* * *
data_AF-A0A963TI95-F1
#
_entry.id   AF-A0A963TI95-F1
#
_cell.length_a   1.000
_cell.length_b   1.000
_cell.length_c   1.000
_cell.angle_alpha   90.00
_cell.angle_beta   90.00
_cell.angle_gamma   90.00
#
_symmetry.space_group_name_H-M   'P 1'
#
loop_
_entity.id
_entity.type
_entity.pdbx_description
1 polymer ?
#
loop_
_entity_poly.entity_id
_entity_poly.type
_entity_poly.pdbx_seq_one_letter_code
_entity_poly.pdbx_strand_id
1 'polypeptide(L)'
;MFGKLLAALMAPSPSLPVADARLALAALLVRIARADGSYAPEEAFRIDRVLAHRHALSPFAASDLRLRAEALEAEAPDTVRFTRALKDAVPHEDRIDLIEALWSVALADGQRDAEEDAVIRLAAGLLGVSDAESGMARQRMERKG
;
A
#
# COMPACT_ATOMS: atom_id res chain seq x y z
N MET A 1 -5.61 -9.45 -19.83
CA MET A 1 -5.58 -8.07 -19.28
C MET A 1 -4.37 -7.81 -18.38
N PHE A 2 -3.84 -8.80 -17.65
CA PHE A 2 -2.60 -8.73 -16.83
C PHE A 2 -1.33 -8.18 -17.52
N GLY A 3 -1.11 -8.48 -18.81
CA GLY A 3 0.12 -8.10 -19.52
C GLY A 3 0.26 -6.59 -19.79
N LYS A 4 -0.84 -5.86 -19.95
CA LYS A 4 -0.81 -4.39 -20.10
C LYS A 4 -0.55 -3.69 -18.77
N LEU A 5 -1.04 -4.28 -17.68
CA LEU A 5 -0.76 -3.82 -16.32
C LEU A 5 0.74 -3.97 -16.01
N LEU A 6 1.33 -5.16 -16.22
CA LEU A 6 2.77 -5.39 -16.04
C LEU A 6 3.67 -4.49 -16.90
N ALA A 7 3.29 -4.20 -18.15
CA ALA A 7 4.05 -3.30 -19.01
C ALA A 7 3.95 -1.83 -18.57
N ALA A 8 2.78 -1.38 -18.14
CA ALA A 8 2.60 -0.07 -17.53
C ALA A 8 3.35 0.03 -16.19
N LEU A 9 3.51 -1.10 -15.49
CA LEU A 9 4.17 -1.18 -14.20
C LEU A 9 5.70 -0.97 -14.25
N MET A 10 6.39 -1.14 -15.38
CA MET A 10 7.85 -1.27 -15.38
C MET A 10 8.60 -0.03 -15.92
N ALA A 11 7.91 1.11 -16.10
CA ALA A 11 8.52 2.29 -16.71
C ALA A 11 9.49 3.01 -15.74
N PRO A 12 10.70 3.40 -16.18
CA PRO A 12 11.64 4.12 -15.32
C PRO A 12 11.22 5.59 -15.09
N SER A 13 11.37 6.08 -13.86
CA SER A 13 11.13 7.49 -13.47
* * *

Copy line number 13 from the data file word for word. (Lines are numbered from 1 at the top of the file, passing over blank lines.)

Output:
#